Three years ago to this day, YAMMA Pit Fighting debuted and disappeared. Since then, it has become the butt of many jokes in the MMA world and joined an army of one and done companies. Yet, this show has lingered on in the back of the minds of many hardcore MMA fans for a variety of reasons, some good but mostly negative. “I survived the YAMMA” was the slogan of people who saw the show, and I did not just survive it, but was there in person taking photos and soaking it all in. Little did I know what it would come to represent for the sport.
The majority of fans remember the YAMMA for its’ lackluster advertising, bizarre fighting surface, mediocre fighters with little name power, and super fights between old-timers, as well as the poor production value and grating announcing done by Scott Ferrall. But was the YAMMA really as bad as we remember it being? Let’s take a look back at this strange show and break down the events leading up to it, the outcome, and give it an unbiased assessment with all the facts on this, the third annual YAMMAversary.
YAMMA was the brainchild of Bob Meyrowitz, who was the original owner of the UFC and sold the company to Zuffa for the sum of two million dollars during the dark days of the sport. Meyrowitz, who began his entrepreneurial career with “The King Biscuit Flower Hour” TV show (ask your parents), was not done with MMA yet and teamed with advertising partners LiveNation (who had never advertised an MMA event prior to this and have not since) on his next attempt at making the next big MMA pay-per-view event would begin. Meyrowitz decided to revive the one-night eight-man tournament format that popularized the original UFC, as well as create an innovative place to hold the fights in. The mystery of just what the YAMMA was was kept under lock and key, which may have stirred more trouble than interest. Rumors swirled about just what it was, including that the cage would have hydraulics! But in reality, the peculiar name gave away what the company was all about.
In Russian, “Yama” means a bowl or pit, and in Japanese it means a mountain, both alluding to the interior of the cage which had a 24 foot diameter with a three-foot wide with a 19-inch incline around the edges of it, about a 20 degree slope. The exterior was a round cage, which was also relatively new to MMA at the time, although the World Combat League kickboxing organization had already been using a round sloped surface for their matches, difference being that the uncaged slopes did not contain the fighters but rather resulted in them sliding down and out of the area. The concept of the slope was meant to “funnel” the action into the center of the ring and keep fighters from stalling by clinching on the fence. The “pit fighting” part was meant to reinforce the sloped interior, but instead caused bad press by bringing back memories of illegal bare-knuckle underground fights or worse, dog fighting. The choice to use that as part of the name turned into a marketing nightmare, but the name would be the least of their problems.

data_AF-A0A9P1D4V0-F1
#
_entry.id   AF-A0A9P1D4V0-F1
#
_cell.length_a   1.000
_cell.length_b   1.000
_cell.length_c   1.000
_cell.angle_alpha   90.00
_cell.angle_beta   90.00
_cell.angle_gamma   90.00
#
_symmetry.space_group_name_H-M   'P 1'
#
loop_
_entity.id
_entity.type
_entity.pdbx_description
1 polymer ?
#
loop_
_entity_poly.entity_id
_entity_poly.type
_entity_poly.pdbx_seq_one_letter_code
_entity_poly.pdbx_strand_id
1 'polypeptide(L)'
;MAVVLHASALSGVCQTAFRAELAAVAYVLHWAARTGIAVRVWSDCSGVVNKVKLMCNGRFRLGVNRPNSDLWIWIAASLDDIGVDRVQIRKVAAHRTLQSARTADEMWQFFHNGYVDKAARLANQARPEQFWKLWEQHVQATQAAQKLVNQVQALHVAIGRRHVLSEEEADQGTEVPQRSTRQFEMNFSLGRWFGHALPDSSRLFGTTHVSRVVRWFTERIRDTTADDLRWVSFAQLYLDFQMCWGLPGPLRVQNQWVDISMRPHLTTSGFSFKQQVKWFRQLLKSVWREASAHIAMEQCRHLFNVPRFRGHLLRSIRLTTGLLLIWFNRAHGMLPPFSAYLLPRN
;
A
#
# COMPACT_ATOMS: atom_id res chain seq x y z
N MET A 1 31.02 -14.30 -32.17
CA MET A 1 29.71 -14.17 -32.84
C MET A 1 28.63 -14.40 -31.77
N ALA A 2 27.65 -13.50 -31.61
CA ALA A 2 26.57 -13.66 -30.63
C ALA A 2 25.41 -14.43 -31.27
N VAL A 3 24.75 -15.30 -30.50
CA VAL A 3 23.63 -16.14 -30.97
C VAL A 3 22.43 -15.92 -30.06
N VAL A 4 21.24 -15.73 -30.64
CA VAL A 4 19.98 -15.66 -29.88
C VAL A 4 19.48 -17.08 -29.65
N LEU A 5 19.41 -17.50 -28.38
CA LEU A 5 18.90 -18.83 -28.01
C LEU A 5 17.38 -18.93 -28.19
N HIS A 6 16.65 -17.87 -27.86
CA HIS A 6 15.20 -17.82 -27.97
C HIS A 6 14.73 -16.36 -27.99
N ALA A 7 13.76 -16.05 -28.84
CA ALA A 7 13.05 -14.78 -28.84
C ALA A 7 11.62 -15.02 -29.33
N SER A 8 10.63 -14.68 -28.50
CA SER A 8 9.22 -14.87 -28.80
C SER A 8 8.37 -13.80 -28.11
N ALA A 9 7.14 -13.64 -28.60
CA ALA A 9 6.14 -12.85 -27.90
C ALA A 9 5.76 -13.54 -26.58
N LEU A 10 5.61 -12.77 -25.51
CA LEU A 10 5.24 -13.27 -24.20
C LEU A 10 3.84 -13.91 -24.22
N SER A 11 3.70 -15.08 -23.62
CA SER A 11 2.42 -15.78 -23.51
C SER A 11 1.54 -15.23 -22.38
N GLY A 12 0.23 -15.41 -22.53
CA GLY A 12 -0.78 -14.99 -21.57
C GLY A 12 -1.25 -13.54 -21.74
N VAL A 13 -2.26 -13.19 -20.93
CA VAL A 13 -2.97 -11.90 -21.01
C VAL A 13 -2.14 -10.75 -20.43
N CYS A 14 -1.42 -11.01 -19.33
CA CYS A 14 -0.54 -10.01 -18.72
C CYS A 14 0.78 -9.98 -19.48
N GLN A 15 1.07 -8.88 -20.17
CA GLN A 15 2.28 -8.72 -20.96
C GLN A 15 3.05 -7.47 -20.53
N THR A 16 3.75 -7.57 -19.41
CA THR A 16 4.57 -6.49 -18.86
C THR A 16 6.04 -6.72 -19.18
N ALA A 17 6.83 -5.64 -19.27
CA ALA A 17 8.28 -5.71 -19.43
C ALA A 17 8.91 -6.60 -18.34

Early concept art of the YAMMA pit
With a new surface to hold the fights, Meyrowitz set the date for April 11, 2008, to take place at the Trump Taj Mahal in Atlantic City. Incidentally, the Taj was where I saw my very first live MMA event, which was the IFL debut show, and it’s not a particularly large venue. Now it was time to assemble the tournament and the fighters. The NJSAC was not too keen on the idea of a one-night tournament in 2008, so to placate them special rules were implemented. The first and second rounds of the tournament would all be one-five minute round each. After each fight, the winners would be looked at by doctors to determine if they are able to advance. Once the field of eight was whittled down to two, the finals would be contested under the typical three five-minute round structure, to determine the first YAMMA champion. Otherwise, unified rules were in effect and nothing else was unusual… other than fighting in a sloped pit that is.
Unseen footage of Don Frye’s promo reel to promote his fight against Oleg Taktarov